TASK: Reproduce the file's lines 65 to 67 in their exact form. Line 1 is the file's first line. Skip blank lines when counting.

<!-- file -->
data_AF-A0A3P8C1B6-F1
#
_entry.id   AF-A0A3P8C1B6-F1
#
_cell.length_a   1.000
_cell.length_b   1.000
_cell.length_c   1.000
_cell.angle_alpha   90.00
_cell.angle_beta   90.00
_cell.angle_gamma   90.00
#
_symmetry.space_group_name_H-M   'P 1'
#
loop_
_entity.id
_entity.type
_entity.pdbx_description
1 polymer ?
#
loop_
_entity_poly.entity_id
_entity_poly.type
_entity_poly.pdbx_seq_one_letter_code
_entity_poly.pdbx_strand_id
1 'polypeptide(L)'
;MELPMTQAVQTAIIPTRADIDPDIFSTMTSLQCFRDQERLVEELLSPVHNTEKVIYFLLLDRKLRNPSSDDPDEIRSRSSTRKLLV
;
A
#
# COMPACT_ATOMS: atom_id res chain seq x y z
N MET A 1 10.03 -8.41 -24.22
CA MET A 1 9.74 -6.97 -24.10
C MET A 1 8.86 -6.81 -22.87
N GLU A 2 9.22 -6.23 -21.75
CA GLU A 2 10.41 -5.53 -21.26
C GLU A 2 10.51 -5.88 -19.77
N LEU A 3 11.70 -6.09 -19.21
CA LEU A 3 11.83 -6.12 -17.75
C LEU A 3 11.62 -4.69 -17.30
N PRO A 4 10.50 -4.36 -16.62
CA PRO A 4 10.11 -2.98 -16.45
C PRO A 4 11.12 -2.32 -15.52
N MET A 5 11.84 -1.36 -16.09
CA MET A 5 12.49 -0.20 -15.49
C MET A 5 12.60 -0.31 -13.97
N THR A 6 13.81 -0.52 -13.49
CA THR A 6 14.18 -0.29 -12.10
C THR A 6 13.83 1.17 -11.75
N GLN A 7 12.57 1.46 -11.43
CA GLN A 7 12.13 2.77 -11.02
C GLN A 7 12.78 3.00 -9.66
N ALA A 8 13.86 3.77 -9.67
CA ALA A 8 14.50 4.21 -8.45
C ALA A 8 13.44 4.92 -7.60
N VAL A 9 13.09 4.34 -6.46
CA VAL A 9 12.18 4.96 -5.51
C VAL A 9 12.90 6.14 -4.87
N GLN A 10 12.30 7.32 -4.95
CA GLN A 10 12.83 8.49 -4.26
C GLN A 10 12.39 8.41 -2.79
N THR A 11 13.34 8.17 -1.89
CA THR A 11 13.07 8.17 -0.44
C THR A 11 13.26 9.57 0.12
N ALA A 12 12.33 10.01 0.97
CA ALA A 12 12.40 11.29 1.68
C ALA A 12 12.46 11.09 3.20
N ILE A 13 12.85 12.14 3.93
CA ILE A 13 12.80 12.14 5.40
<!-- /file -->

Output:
CA ALA A 12 12.40 11.29 1.68
C ALA A 12 12.46 11.09 3.20
N ILE A 13 12.85 12.14 3.93